Inclusivity is focus of Jenni and Kyle Preserve

Posted by Samantha Haas on Tuesday, March 13th, 2018 at 3:18pm.

Some parks require hiking to the top of a hill to experience a beautiful vista, and other sites can be enjoyed while seated. That is just one of the many reasons the Jenni and Kyle Preserve is so special.

This natural area near Madison and Fitchburg provides educational and recreational opportunities for people of all ages and abilities. Of the handful of Dane County Parks that offer accessible fishing sites, the Jenni and Kyle Preserve has the most at eight, as well as accessible nature trails, a sheltered picnic area, and two wheelchair swings.

The park was named in memory of siblings Jenni and Kyle Geurkink, who both died in the 1980s of a degenerative neurological disorder before they turned 4. Their grandparents, Harvey and Patricia Wilmeth, helped make the park a reality with a donation in 1989.

Located on the northwest side of the Capital Springs Recreation Area, this park near the marsh surrounds Nine Springs Creek. The Friends of Capital Springs Recreation Area, Inc. is the nonprofit group that helps steward the park, which features two spring-fed ponds with trout and panfish. As a park rule, the ponds are only for children 14 years or younger and people with permanent disabilities who might otherwise not be able to enjoy fishing.

The shelter faces the ponds and features picnic tables, restrooms, and a colorful mosaic called "The Seasons through the Senses."

Sally Wilmeth and Terry Geurkink, the parents of Jenni and Kyle, were the primary donors for the seasonal inspirations mural. The 11'x9' mural was produced by VSA Wisconsin in collaboration with Dane County Parks, Dane County Cultural Affairs Commission, MARC-South, and Walbridge School. Nearly 70 individuals with disabilities spent 80 hours on the mural, which is composed of over 15,000 tiles with scenes of the park in winter, spring, summer, and fall.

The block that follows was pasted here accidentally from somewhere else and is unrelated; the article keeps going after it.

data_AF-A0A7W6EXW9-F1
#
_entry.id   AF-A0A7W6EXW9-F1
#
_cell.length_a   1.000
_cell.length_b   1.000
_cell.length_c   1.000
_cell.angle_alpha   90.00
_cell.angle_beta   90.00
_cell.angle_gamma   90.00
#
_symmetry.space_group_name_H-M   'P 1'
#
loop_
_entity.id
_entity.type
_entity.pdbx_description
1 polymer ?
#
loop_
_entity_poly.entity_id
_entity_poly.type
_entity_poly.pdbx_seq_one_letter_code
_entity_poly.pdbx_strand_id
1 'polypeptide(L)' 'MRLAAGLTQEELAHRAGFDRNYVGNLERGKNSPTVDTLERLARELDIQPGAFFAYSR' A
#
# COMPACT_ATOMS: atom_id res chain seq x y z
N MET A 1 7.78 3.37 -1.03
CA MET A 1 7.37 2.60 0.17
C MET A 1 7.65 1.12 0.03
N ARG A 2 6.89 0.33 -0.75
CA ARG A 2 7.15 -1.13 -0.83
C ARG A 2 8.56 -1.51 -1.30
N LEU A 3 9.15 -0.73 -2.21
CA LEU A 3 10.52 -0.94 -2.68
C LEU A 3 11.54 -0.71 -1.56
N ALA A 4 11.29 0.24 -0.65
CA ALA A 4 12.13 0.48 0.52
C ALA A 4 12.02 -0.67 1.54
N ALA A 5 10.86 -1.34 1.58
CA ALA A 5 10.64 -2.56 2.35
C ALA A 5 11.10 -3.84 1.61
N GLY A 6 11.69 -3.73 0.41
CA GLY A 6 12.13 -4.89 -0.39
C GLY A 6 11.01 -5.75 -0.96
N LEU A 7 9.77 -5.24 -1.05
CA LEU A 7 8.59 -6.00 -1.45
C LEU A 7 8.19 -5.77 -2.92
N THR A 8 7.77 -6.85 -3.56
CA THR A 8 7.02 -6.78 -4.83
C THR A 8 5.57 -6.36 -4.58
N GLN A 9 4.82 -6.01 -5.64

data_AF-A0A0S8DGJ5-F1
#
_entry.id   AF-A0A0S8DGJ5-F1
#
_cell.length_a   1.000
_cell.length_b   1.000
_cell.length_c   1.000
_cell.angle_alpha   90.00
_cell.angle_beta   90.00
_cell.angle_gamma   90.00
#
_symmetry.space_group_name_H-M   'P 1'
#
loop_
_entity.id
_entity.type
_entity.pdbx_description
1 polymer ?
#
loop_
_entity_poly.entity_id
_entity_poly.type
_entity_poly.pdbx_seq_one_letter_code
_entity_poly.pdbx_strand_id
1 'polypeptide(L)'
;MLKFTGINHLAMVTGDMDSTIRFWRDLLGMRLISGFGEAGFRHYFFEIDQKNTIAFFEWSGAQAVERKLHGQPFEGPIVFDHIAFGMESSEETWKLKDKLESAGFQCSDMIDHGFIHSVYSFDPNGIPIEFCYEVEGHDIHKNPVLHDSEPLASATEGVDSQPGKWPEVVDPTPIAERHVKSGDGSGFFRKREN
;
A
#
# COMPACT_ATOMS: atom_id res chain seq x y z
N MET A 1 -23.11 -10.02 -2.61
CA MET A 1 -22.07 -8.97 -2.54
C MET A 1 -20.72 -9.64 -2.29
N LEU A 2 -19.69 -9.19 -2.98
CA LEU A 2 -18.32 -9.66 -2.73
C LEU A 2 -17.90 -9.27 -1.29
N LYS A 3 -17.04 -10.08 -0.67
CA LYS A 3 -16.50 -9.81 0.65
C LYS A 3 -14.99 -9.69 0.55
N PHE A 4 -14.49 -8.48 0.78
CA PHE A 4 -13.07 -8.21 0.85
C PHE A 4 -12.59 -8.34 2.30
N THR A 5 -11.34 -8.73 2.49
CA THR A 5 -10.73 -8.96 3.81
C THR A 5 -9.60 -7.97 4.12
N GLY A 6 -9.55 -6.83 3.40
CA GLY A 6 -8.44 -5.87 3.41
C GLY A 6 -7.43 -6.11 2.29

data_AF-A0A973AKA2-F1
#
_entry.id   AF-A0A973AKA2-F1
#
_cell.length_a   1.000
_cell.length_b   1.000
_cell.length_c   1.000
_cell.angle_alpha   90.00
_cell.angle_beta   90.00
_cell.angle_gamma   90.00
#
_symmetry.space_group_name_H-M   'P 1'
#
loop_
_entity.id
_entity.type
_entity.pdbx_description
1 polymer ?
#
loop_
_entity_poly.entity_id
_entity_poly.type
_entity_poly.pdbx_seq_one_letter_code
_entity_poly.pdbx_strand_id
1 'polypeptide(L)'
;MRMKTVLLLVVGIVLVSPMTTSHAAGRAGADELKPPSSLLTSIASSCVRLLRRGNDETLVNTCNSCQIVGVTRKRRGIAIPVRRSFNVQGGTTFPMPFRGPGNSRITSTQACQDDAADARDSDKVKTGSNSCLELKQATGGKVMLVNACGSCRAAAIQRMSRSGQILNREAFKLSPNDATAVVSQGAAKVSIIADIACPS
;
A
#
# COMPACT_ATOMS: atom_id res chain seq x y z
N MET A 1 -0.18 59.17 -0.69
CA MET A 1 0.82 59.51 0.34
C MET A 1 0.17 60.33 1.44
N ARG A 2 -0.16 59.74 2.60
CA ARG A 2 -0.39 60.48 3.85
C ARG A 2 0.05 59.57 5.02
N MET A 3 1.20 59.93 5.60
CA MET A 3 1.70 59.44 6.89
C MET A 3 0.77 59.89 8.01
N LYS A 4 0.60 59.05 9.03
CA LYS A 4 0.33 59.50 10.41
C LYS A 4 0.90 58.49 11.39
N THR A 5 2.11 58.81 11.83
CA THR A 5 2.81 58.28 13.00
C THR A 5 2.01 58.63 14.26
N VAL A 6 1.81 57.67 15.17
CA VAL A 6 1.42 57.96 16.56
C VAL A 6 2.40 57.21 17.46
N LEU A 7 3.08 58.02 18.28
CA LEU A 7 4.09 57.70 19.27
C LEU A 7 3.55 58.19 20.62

When the mosaic mural was unveiled in 2011, Dane County Executive Joe Parisi said the park is "truly a special place that connects people with disabilities to all nature has to offer."

Kiosks are located throughout the park to help visitors navigate and learn about its features. They describe the animals that visit the marsh and ponds, like muskrat, deer, ducks, herons, and raccoons, as well as the fish, frogs, and turtles under the surface. Visitors are also asked to listen to the birds and insects, like finches, grasshoppers, bees, and dragonflies darting above the cattails and flowers.

According to the Dane County Parks and Open Space Plan survey, respondents would like the department to continue removing barriers to maintain and attract a diverse population to its parks, add more facilities for the elderly or those using wheelchairs, and provide activities and opportunities that will attract youth and connect them with nature.

"The Jenni and Kyle Preserve continues to grow by leaps and bounds thanks to the generous donations from the Wilmeth family and others," Bill Lunney, chair of the Dane County Parks Commission, said at the mural unveiling. "The ability to offer something for everyone year after year is what makes the preserve, and all of our county parks, true gems in our communities."

In the fall of 2017, Madison Parks also opened its first playground accessible to children with disabilities at Brittingham Park. Others are planned for Elver Park and Reindahl Park in 2018 and 2019, respectively, with two more coming in the future.

To view more photos of the park, visit this Facebook album by Friends of Dane County Parks. 

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